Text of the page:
The Times has a lovely obit written by Luke DuBois for Max Matthews, the arch-father of computer music:
When Max died in April at the age of 84 he left a world where the idea that computers make sound is noncontroversial; even banal. In 2011, musicians make their recordings using digital audio workstations, and perform with synthesizers, drum machines and laptop computers. As listeners, we tune in to digital broadcasts from satellite radio or the Internet, and as consumers, we download small digital files of music and experience them on portable music players that are, in essence, small computers. Sound recording, developed as a practical invention by Edison in the 1870s, was a technological revolution that forever transformed our relationship to music.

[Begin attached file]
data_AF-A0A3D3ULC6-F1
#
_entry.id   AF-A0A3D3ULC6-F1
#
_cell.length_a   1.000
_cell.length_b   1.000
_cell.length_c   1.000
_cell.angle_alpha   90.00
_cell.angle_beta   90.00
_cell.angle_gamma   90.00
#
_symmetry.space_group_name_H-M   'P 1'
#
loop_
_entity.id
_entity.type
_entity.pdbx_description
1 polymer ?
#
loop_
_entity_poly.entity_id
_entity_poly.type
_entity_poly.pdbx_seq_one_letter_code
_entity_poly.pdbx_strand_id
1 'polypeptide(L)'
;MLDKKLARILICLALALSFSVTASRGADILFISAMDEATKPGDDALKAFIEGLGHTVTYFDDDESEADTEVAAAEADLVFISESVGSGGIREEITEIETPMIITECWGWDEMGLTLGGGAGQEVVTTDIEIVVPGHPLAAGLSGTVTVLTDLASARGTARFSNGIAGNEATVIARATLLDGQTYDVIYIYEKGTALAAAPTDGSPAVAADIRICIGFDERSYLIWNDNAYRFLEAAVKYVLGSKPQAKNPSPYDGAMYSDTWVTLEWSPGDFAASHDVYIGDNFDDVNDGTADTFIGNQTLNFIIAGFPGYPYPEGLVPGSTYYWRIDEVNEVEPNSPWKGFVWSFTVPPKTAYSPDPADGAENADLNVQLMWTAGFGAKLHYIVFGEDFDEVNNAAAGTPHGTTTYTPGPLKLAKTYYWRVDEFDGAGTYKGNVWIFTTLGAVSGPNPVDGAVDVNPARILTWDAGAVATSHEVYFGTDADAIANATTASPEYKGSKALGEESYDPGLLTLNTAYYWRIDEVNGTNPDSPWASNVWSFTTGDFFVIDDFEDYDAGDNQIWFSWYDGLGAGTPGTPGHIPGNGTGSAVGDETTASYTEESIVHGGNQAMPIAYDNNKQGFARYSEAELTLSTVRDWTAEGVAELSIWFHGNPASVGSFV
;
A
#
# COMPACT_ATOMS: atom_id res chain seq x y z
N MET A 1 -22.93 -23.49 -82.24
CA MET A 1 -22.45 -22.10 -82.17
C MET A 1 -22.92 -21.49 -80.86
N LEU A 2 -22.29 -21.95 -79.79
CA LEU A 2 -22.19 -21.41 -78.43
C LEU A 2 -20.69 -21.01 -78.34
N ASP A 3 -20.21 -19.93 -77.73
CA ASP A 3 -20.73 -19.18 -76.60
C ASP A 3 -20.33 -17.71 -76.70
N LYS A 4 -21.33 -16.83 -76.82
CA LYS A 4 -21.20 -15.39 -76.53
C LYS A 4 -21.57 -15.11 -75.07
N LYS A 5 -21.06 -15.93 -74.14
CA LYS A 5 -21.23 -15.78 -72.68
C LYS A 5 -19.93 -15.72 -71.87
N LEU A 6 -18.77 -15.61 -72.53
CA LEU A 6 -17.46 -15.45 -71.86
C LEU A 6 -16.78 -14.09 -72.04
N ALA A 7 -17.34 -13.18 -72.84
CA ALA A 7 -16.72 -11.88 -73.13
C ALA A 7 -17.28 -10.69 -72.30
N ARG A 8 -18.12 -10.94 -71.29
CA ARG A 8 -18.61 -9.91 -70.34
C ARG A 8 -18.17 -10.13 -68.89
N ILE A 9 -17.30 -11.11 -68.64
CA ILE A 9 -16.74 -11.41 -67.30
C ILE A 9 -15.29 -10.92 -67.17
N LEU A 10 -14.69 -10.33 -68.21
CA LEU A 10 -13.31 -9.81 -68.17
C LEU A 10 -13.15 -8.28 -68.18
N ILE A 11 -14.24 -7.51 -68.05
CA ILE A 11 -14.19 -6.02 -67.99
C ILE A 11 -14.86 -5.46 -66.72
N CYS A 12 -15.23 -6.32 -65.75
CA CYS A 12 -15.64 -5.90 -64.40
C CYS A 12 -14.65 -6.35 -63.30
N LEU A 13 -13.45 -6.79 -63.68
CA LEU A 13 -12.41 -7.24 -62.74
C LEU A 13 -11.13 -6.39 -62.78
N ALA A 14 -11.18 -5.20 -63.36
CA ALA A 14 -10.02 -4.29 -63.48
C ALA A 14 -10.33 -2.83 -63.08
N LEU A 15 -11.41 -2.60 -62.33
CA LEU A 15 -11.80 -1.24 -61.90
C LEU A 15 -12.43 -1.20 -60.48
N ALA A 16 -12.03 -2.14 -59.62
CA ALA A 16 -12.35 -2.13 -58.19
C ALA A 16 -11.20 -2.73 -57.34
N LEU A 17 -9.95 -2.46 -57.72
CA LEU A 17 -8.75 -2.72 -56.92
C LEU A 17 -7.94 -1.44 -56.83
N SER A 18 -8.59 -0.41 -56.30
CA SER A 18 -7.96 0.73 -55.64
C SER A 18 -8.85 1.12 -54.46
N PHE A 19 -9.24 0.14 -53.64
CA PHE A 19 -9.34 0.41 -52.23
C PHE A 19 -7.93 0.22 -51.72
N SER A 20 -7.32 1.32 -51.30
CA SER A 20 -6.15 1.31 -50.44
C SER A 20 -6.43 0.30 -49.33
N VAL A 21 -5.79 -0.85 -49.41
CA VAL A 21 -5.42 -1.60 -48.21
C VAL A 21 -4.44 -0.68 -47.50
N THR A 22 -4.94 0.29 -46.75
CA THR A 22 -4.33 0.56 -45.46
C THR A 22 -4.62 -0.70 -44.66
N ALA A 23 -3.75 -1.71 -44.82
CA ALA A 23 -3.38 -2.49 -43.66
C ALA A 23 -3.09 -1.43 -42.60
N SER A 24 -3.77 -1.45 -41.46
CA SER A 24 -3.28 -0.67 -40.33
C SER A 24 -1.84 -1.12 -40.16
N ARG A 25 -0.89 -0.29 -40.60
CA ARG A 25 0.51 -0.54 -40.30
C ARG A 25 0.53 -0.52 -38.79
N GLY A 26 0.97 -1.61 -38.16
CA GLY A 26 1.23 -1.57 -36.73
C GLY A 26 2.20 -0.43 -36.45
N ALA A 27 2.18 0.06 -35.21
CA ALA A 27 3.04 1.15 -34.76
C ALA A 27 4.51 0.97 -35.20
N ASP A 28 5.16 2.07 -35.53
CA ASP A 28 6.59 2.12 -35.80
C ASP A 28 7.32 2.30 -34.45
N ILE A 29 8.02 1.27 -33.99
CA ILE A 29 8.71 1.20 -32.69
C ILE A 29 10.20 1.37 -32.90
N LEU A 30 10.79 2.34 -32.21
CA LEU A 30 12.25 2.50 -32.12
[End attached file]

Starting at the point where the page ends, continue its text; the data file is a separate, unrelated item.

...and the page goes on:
The history of music is the history of technology. Unless you are improvising, a capella outdoors with your own singing voice, you are making music with technology, be it the technology of writing, architecture, instrument design, electric amplification, electronic reproduction, or digital synthesis. Musicians intuit this, and can easily weather massive shifts in how we relate to new technologies in the human experience because we integrate our future seamlessly with our past. We understand that every human culture will use the maximum level of technology available to it to make art. It’s natural, and everything Max gave us flows from that, because he understood. He was a musician, too.